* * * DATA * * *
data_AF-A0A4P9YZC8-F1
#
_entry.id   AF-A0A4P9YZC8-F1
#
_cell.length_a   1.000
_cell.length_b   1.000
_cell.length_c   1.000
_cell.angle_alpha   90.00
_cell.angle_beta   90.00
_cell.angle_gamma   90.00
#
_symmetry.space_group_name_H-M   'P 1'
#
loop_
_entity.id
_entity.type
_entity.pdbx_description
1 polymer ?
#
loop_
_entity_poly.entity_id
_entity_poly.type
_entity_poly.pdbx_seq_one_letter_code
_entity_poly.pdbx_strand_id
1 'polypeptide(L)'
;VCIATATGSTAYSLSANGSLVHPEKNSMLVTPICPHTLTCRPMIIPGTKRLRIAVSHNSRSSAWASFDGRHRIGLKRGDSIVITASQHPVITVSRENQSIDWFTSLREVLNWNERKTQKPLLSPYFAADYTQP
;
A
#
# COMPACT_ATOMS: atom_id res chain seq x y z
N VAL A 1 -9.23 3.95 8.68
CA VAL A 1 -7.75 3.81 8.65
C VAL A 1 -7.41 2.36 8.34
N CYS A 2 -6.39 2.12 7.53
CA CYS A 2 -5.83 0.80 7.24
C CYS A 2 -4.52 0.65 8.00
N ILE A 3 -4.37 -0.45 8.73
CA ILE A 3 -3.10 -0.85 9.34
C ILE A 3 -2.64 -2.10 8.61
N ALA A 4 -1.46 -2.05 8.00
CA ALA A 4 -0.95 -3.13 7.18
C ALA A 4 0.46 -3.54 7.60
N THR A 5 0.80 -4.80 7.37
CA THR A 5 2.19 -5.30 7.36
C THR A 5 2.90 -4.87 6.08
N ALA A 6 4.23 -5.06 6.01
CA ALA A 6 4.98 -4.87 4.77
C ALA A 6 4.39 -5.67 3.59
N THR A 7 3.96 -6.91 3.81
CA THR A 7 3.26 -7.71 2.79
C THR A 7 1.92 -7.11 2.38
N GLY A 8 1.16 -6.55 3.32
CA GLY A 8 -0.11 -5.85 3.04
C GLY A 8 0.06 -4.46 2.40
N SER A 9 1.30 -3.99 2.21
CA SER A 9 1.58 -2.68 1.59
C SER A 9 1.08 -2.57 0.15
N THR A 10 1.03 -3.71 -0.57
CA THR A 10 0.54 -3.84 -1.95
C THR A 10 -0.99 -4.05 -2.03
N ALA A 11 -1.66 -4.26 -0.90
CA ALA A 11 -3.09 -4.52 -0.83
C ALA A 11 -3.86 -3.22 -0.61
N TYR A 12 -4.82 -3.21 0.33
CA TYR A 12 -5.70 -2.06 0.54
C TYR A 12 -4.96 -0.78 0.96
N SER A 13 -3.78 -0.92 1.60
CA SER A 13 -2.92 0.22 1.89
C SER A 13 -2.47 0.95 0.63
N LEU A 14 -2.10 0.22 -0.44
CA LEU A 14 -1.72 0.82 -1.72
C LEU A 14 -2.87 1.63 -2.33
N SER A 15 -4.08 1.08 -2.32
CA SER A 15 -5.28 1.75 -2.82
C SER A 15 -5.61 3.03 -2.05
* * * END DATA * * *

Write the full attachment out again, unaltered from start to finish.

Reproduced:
data_AF-A0A4P9YZC8-F1
#
_entry.id   AF-A0A4P9YZC8-F1
#
_cell.length_a   1.000
_cell.length_b   1.000
_cell.length_c   1.000
_cell.angle_alpha   90.00
_cell.angle_beta   90.00
_cell.angle_gamma   90.00
#
_symmetry.space_group_name_H-M   'P 1'
#
loop_
_entity.id
_entity.type
_entity.pdbx_description
1 polymer ?
#
loop_
_entity_poly.entity_id
_entity_poly.type
_entity_poly.pdbx_seq_one_letter_code
_entity_poly.pdbx_strand_id
1 'polypeptide(L)'
;VCIATATGSTAYSLSANGSLVHPEKNSMLVTPICPHTLTCRPMIIPGTKRLRIAVSHNSRSSAWASFDGRHRIGLKRGDSIVITASQHPVITVSRENQSIDWFTSLREVLNWNERKTQKPLLSPYFAADYTQP
;
A
#
# COMPACT_ATOMS: atom_id res chain seq x y z
N VAL A 1 -9.23 3.95 8.68
CA VAL A 1 -7.75 3.81 8.65
C VAL A 1 -7.41 2.36 8.34
N CYS A 2 -6.39 2.12 7.53
CA CYS A 2 -5.83 0.80 7.24
C CYS A 2 -4.52 0.65 8.00
N ILE A 3 -4.37 -0.45 8.73
CA ILE A 3 -3.10 -0.85 9.34
C ILE A 3 -2.64 -2.10 8.61
N ALA A 4 -1.46 -2.05 8.00
CA ALA A 4 -0.95 -3.13 7.18
C ALA A 4 0.46 -3.54 7.60
N THR A 5 0.80 -4.80 7.37
CA THR A 5 2.19 -5.30 7.36
C THR A 5 2.90 -4.87 6.08
N ALA A 6 4.23 -5.06 6.01
CA ALA A 6 4.98 -4.87 4.77
C ALA A 6 4.39 -5.67 3.59
N THR A 7 3.96 -6.91 3.81
CA THR A 7 3.26 -7.71 2.79
C THR A 7 1.92 -7.11 2.38
N GLY A 8 1.16 -6.55 3.32
CA GLY A 8 -0.11 -5.85 3.04
C GLY A 8 0.06 -4.46 2.40
N SER A 9 1.30 -3.99 2.21
CA SER A 9 1.58 -2.68 1.59
C SER A 9 1.08 -2.57 0.15
N THR A 10 1.03 -3.71 -0.57
CA THR A 10 0.54 -3.84 -1.95
C THR A 10 -0.99 -4.05 -2.03
N ALA A 11 -1.66 -4.26 -0.90
CA ALA A 11 -3.09 -4.52 -0.83
C ALA A 11 -3.86 -3.22 -0.61
N TYR A 12 -4.82 -3.21 0.33
CA TYR A 12 -5.70 -2.06 0.54
C TYR A 12 -4.96 -0.78 0.96
N SER A 13 -3.78 -0.92 1.60
CA SER A 13 -2.92 0.22 1.89
C SER A 13 -2.47 0.95 0.63
N LEU A 14 -2.10 0.22 -0.44
CA LEU A 14 -1.72 0.82 -1.72
C LEU A 14 -2.87 1.63 -2.33
N SER A 15 -4.08 1.08 -2.32
CA SER A 15 -5.28 1.75 -2.82
C SER A 15 -5.61 3.03 -2.05